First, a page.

Canadian Mint honors Alice Munro with silver $5 coin

Alice Munro

Photo by The Canadian Press/Chad Hipolito

Canadian short story writer Alice Munro will be the subject of a commemorative coin to be offered by the Canadian Mint starting April 1. Munro, 82, was the first Canadian woman to win the Nobel Prize when she was selected last November. She was present to unveil the design at a ceremony held at the Victoria Public Library on March 24.

“The Royal Canadian Mint commemorates Canada’s culture, values and heritage and celebrating Alice Munro’s tremendous body of work and receipt of literature’s most prestigious international award is yet another notable chapter in our Corporation’s history,” said Ian E. Bennett, President and CEO of the Royal Canadian Mint. “This coin is a beautiful and meaningful keepsake for readers, writers and collectors alike.”

The Mint further honored Munro by donating $10,000 to the Writers’ Trust of Canada to support the writing community.

The front of the coin features an image of Queen Elizabeth II. The reverse side features a book open to an excerpt from Munro’s story, “The Messenger” from her collection, The View from Castle Rock. A female figure emerges from a pen onto the book. The excerpt, chosen by Munro, reads, “And in one of these houses — I can’t remember whose — a magic doorstop, a big mother-of-pearl seashell that I recognized as a messenger from near and far, because I could hold it to my ear — when nobody was there to stop me — and discover the tremendous pounding of my own blood, and of the sea.”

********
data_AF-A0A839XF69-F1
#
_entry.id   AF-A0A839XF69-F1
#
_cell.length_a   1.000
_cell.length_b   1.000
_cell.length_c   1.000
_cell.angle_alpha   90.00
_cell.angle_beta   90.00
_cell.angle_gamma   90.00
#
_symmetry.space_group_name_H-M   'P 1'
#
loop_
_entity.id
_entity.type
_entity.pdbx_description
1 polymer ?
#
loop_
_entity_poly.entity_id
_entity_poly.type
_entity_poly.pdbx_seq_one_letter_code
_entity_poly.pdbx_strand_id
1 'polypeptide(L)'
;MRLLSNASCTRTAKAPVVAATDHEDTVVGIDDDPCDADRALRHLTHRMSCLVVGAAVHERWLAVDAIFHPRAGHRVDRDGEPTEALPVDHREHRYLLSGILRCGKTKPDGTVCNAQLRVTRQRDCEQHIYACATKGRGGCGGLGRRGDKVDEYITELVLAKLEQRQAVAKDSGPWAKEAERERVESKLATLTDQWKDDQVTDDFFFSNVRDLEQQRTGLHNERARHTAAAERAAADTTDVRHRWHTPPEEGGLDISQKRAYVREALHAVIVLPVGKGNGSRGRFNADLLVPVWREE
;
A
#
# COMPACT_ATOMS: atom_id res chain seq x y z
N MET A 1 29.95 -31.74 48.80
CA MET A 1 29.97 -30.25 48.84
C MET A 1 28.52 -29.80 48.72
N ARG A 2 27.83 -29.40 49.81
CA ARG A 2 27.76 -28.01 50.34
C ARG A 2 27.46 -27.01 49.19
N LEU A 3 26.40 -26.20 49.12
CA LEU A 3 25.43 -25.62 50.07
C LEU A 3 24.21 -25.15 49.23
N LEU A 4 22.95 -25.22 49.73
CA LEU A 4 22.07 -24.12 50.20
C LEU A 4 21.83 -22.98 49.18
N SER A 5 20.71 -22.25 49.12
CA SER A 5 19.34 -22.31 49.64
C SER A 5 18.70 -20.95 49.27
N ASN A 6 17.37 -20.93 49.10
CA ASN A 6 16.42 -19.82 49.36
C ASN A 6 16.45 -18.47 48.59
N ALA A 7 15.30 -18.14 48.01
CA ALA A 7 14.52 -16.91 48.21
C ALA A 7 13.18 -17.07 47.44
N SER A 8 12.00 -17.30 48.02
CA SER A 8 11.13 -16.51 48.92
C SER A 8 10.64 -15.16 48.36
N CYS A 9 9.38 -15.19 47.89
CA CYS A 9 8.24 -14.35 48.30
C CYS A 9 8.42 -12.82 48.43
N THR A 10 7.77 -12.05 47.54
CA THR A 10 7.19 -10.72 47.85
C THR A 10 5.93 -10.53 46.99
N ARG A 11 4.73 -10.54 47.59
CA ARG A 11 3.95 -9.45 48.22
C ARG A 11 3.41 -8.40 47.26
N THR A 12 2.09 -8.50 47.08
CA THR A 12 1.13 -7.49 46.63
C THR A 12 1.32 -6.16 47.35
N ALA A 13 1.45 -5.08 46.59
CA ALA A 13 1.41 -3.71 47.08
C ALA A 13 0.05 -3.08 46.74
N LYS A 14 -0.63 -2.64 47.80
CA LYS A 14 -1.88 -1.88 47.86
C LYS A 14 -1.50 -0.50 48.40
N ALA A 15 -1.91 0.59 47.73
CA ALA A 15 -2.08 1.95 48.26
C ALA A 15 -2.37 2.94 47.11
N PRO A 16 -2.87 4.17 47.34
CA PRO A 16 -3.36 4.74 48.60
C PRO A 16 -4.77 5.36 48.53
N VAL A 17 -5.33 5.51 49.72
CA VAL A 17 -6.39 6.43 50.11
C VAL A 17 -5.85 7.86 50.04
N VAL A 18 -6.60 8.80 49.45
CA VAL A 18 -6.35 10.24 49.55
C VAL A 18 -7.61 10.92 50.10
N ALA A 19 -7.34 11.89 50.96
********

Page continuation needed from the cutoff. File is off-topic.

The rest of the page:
The coin will be minted in a limited run of 7,500 and will be available starting April 1. It can be ordered by calling 1-800-267-1871 (for Canadians), 1-800-268-6468 (for Americans), or online at The cost is $69.95 Canadian (about $62.65 US).

“We were all so proud and pleased when [Munro] won the Nobel Prize, and having her have this coin unveiled today is another beautiful acknowledgment of what she means to Canadian literature,” Mary Osborne, executive director of the writers’ trust, told Canadian television in an interview.


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